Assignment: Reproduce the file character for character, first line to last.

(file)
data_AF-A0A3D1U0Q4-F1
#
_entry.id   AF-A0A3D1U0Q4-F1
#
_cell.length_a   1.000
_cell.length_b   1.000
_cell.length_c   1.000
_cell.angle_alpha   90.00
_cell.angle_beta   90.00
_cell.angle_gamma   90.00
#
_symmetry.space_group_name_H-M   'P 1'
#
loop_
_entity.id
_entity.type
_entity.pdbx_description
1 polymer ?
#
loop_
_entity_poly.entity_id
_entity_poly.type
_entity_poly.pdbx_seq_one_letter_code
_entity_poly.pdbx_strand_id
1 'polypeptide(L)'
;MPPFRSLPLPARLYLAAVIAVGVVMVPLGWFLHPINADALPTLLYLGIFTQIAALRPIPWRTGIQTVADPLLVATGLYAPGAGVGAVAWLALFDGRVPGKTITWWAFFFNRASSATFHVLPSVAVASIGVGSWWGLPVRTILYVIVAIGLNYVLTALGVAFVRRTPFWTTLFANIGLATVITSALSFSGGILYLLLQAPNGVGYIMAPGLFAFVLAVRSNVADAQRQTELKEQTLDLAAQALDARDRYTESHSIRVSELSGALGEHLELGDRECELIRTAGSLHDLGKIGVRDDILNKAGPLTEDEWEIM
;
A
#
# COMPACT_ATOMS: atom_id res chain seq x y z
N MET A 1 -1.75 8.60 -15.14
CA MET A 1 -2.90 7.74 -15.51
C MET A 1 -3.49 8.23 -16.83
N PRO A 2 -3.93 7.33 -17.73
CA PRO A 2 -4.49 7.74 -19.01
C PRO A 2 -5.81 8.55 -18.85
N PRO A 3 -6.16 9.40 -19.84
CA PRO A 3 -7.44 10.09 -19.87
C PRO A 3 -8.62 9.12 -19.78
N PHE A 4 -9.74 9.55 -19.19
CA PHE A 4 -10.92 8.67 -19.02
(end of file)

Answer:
data_AF-A0A3D1U0Q4-F1
#
_entry.id   AF-A0A3D1U0Q4-F1
#
_cell.length_a   1.000
_cell.length_b   1.000
_cell.length_c   1.000
_cell.angle_alpha   90.00
_cell.angle_beta   90.00
_cell.angle_gamma   90.00
#
_symmetry.space_group_name_H-M   'P 1'
#
loop_
_entity.id
_entity.type
_entity.pdbx_description
1 polymer ?
#
loop_
_entity_poly.entity_id
_entity_poly.type
_entity_poly.pdbx_seq_one_letter_code
_entity_poly.pdbx_strand_id
1 'polypeptide(L)'
;MPPFRSLPLPARLYLAAVIAVGVVMVPLGWFLHPINADALPTLLYLGIFTQIAALRPIPWRTGIQTVADPLLVATGLYAPGAGVGAVAWLALFDGRVPGKTITWWAFFFNRASSATFHVLPSVAVASIGVGSWWGLPVRTILYVIVAIGLNYVLTALGVAFVRRTPFWTTLFANIGLATVITSALSFSGGILYLLLQAPNGVGYIMAPGLFAFVLAVRSNVADAQRQTELKEQTLDLAAQALDARDRYTESHSIRVSELSGALGEHLELGDRECELIRTAGSLHDLGKIGVRDDILNKAGPLTEDEWEIM
;
A
#
# COMPACT_ATOMS: atom_id res chain seq x y z
N MET A 1 -1.75 8.60 -15.14
CA MET A 1 -2.90 7.74 -15.51
C MET A 1 -3.49 8.23 -16.83
N PRO A 2 -3.93 7.33 -17.73
CA PRO A 2 -4.49 7.74 -19.01
C PRO A 2 -5.81 8.55 -18.85
N PRO A 3 -6.16 9.40 -19.84
CA PRO A 3 -7.44 10.09 -19.87
C PRO A 3 -8.62 9.12 -19.78
N PHE A 4 -9.74 9.55 -19.19
CA PHE A 4 -10.92 8.67 -19.02